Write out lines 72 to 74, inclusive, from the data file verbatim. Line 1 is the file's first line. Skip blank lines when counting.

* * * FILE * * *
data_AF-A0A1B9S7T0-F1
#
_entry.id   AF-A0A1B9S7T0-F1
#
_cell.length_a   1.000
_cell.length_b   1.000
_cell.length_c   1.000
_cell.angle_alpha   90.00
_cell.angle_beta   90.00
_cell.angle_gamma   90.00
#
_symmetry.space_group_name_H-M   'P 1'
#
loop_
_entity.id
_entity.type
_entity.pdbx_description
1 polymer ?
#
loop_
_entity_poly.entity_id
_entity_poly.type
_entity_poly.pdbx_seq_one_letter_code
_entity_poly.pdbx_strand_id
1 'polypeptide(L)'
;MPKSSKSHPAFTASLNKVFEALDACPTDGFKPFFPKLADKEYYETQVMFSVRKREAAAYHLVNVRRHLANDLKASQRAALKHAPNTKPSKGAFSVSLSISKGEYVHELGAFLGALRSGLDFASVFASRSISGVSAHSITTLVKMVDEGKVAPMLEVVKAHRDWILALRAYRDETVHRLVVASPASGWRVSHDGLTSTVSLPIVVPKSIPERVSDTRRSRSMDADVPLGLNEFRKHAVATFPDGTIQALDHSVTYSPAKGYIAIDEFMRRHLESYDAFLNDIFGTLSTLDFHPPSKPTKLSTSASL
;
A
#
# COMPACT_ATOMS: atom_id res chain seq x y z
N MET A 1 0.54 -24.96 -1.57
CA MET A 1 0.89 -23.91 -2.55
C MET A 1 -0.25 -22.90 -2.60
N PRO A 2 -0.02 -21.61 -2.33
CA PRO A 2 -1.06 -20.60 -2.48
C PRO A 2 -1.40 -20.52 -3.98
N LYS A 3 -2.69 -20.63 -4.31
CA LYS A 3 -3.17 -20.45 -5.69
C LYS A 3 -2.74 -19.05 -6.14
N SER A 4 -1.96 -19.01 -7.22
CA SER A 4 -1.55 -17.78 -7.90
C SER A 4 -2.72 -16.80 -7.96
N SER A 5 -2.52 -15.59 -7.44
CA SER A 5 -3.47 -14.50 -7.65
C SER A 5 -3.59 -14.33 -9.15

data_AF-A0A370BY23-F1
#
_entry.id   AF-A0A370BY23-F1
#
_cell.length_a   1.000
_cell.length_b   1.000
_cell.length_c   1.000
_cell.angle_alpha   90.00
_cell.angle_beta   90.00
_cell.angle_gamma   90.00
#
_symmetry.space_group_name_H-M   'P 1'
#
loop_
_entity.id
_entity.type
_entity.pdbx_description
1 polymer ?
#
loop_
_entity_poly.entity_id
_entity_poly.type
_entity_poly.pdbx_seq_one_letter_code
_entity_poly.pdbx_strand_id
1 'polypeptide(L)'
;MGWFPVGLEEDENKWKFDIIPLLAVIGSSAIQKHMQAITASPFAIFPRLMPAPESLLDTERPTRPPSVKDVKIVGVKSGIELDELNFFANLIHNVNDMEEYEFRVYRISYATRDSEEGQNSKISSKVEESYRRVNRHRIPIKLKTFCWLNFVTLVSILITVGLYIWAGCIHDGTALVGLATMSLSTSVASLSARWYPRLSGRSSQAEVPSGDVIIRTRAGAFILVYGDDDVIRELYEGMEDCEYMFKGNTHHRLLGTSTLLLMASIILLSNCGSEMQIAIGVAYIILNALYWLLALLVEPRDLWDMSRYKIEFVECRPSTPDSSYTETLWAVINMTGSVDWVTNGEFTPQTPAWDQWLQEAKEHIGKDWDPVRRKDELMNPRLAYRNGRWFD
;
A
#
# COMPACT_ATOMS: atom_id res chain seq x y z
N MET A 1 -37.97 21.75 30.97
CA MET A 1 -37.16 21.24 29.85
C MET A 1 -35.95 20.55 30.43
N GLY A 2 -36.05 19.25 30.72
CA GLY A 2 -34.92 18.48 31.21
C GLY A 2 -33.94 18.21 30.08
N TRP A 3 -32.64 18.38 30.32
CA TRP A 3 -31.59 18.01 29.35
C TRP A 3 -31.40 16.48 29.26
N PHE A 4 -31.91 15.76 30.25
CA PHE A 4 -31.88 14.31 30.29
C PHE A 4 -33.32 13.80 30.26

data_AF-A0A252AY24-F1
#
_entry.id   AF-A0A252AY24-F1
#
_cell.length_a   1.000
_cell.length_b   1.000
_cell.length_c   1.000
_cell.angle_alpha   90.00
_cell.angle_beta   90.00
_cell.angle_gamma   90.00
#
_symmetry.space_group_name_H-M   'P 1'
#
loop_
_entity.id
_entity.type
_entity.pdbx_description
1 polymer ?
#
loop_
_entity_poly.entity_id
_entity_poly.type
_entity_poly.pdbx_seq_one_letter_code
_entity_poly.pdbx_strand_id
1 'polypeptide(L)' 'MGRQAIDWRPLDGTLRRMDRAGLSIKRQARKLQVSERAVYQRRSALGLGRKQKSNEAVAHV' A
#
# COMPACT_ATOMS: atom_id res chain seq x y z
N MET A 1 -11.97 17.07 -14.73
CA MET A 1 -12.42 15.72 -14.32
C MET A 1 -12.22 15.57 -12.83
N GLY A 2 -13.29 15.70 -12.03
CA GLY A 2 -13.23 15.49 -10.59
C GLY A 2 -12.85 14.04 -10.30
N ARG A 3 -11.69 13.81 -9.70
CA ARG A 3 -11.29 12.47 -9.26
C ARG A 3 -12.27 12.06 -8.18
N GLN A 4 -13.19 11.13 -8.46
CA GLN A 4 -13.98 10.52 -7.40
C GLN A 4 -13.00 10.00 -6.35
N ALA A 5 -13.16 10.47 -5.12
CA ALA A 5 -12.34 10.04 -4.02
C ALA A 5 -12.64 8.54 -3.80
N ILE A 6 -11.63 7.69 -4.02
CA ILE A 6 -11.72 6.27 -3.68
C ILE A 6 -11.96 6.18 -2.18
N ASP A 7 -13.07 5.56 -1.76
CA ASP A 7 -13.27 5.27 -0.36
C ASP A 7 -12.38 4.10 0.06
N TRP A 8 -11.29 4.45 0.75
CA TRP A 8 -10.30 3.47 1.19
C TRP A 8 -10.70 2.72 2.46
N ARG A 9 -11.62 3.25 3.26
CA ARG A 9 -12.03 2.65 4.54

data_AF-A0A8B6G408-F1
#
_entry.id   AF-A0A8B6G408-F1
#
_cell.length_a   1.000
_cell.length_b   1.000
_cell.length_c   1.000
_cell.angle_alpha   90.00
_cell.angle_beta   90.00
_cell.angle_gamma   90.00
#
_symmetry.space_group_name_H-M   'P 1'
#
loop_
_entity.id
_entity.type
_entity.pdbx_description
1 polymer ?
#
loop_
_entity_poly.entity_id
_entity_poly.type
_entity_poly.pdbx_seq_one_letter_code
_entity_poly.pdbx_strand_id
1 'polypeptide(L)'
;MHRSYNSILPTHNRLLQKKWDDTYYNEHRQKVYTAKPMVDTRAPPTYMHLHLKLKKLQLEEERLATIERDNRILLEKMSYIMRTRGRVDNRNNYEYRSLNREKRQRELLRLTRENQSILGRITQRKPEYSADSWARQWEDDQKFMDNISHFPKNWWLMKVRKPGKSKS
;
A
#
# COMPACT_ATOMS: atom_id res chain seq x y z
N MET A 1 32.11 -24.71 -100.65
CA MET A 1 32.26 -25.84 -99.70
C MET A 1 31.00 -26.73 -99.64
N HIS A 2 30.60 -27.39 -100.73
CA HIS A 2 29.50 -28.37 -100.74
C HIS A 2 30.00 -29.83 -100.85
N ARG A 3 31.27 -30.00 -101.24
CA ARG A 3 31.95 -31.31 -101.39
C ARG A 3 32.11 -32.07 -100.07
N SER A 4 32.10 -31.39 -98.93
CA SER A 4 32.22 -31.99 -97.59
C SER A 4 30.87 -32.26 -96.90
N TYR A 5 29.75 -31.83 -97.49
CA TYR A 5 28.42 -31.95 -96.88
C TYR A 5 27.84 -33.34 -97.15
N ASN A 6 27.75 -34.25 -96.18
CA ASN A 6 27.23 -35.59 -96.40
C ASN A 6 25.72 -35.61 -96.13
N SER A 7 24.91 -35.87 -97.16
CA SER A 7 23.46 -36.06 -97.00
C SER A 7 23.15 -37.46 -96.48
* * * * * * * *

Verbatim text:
;
A
#